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Sunday, April 24, 2022 

Superman's last pre-Crisis story

The Valdosta Daily Times took a look at Alan Moore and Curt Swan's wrapup to the pre-Crisis era of Superman, "Whatever Happened to the Man of Tomorrow?", although there's a claim that's got to be questionable:
They were allowed to conclude the Superman iteration that readers had known for decades. Moore was set loose to let his imagination run free. Coupled with the familiar Swan images, "Whatever Happened" became an almost instant classic.

Still, then, it was overshadowed by the Byrne reboot and the reason for the reboot – sales for the old Superman had fallen. So, a lot of readers missed "Whatever Happened" at the time of its publication.

Through the years, "Whatever Happened" became a much discussed and much sought after comic.
Seriously, many people missed the swan song to the pre-Crisis era? I'm sure that's disputable. Just because Byrne's reboot was right around the corner doesn't mean nobody cared about checking out what the last tale was like, which, as noted in the article, is the subject of a trade collection that includes the DC Comics Presents team-up with Swamp Thing, and an Annual written by Moore too. I myself own a recent edition of the trade collection, and it's decidedly satisfying stuff, from a time when Moore did prove he had what it took to accomplish science fantasy adventure writing.

That said, and there are other people who've argued this in the past, it is kind of a shame Earth One and Two had to be merged, even if that wasn't the worst thing that could happen during Crisis on Infinite Earths. (And that was a leading reason why Superman was rebooted too.) I remember Marv Wolfman telling in the past why DC wanted to jettison the parallel dimensions approach used for a quarter century, because they felt it became utterly confusing, even though two different dimensions could allow for even more self-contained storylines, and besides, if they thought alternate earths was confusing, why not alternate timelines like the era the Legion of Super-Heroes lived in, at least a thousand years from the present? It goes without saying that eventually, even a merged universe became confusing too, or worse, continuity, coherence and competence was abandoned come the turn of the century. So in the end, what was achieved, other than a situation where the PC inmates now run the asylum?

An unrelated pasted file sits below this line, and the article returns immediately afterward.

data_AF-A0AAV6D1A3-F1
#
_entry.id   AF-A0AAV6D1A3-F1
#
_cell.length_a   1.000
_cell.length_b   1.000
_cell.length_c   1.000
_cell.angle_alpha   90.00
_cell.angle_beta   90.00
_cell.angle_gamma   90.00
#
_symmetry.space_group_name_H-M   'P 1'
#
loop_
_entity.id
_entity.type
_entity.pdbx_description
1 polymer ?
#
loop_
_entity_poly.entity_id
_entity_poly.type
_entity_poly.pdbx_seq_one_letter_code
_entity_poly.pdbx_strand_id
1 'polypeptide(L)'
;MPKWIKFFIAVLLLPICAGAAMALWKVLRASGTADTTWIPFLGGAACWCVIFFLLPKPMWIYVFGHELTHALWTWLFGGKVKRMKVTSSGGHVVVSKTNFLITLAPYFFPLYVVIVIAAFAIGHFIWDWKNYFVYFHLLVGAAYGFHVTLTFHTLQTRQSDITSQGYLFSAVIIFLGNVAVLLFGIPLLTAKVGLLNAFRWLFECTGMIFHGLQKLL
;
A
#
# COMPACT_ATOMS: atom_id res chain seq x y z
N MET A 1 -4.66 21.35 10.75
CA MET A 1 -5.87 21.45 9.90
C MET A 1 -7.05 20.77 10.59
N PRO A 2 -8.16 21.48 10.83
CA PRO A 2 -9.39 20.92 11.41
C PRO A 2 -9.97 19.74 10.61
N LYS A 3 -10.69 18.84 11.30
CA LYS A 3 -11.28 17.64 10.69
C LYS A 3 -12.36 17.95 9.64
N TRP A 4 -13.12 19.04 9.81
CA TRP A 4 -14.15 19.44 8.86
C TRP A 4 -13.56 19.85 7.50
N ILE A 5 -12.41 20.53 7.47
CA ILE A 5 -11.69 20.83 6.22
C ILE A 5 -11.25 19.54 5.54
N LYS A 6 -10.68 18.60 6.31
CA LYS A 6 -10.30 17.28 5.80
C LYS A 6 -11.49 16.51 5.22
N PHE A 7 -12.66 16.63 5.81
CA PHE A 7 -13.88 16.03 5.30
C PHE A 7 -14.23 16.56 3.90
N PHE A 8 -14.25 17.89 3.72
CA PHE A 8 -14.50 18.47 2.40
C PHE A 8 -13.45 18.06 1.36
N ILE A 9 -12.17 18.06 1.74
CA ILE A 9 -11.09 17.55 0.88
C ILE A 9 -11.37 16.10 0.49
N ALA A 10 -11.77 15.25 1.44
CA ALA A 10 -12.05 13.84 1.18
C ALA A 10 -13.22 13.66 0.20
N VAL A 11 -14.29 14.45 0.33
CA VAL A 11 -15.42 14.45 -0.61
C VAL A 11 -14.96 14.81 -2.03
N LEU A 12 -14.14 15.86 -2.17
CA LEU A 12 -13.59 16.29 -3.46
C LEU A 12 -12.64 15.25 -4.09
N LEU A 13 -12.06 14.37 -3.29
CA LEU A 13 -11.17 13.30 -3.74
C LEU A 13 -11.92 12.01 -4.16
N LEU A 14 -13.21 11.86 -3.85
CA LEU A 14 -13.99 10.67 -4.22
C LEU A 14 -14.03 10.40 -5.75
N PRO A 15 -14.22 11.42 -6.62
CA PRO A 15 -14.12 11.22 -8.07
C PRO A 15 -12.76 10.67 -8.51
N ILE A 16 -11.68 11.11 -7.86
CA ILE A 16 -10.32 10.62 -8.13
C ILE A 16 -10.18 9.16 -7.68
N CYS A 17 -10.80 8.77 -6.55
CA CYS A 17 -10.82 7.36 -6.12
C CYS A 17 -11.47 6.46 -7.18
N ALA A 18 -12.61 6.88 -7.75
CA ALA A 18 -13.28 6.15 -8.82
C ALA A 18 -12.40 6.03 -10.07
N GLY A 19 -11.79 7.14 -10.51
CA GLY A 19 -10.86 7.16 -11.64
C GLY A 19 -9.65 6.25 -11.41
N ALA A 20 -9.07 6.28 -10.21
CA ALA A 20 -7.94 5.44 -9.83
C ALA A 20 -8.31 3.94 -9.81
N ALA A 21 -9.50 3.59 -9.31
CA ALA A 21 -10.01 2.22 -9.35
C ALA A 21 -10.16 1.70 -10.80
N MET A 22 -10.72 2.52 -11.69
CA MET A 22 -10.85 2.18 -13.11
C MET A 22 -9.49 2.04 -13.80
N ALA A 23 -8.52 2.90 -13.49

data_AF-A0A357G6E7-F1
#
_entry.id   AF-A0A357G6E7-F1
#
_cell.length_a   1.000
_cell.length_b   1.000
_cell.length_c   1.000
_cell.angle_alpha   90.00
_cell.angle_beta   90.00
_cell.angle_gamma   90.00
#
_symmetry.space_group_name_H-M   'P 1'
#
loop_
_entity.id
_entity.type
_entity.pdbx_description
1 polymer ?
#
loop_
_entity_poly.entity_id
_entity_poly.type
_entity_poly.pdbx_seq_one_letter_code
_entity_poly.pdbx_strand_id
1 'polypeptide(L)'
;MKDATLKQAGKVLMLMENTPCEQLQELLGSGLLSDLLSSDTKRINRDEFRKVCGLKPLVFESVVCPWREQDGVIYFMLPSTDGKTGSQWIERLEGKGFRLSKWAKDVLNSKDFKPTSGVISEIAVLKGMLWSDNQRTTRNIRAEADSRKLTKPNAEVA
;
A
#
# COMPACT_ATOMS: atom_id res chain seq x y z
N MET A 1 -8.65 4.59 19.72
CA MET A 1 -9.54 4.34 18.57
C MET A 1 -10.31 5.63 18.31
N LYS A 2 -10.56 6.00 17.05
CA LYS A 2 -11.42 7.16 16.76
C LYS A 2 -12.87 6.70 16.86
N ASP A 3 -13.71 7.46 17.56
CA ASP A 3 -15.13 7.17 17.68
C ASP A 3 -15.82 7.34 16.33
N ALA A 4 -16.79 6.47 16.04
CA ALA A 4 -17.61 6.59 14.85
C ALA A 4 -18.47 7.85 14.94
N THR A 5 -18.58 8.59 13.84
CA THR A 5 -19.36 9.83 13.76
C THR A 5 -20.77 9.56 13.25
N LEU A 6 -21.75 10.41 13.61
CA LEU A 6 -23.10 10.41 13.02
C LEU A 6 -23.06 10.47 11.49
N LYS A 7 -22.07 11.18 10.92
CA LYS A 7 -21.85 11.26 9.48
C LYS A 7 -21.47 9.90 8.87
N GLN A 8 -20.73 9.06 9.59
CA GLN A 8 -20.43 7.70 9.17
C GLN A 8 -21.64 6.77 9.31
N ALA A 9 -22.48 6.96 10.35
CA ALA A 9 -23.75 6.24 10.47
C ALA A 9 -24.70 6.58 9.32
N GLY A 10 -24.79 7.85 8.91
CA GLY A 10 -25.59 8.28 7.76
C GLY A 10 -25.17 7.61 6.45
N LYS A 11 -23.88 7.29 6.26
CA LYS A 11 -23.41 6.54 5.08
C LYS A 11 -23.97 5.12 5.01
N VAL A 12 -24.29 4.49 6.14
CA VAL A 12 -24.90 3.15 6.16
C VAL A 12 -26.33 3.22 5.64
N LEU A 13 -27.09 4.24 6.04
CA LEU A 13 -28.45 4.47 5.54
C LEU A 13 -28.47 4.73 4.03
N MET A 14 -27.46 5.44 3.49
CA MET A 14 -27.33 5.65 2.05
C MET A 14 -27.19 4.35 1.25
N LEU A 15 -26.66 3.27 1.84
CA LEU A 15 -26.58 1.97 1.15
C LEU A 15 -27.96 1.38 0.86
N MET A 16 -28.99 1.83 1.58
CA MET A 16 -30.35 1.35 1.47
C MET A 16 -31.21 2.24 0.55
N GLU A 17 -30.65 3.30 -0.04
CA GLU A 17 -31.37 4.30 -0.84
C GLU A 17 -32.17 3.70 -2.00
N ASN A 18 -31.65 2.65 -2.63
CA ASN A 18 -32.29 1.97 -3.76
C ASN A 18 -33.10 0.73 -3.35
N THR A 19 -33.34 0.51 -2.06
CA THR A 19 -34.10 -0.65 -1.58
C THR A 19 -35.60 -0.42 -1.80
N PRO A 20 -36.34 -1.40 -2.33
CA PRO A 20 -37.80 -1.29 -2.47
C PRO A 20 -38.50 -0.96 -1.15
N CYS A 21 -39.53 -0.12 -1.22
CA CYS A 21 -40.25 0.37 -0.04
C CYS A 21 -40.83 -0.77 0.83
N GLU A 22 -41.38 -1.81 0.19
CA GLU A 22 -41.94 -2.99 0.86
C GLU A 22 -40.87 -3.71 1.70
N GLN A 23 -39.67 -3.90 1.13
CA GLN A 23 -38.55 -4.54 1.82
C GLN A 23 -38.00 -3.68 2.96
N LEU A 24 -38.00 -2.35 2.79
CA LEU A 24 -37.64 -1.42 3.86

Since we're on the subject, this reminded me that some time ago, I came across a blog called Superheroes Every Day, created several months ago and run by Danny Horn, an executive at Wikimedia, who analyzes and discusses various superhero movies made since the first major Superman movie in 1978, formatted in a series of consecutive posts, and has also written about the comics they're based upon. There's plenty of interesting details provided, and whether you agree or disagree, Horn certainly knows how to hold everybody's attention and provide a sense of humor to boot. That's why I'd recommend Horn's writing far more than what most MSM newspapers are offering.

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  • I'm Avi Green
  • From Jerusalem, Israel
  • I was born in Pennsylvania in 1974, and moved to Israel in 1983. I also enjoyed reading a lot of comics when I was young, the first being Fantastic Four. I maintain a strong belief in the public's right to knowledge and accuracy in facts. I like to think of myself as a conservative-style version of Clark Kent. I don't expect to be perfect at the job, but I do my best.
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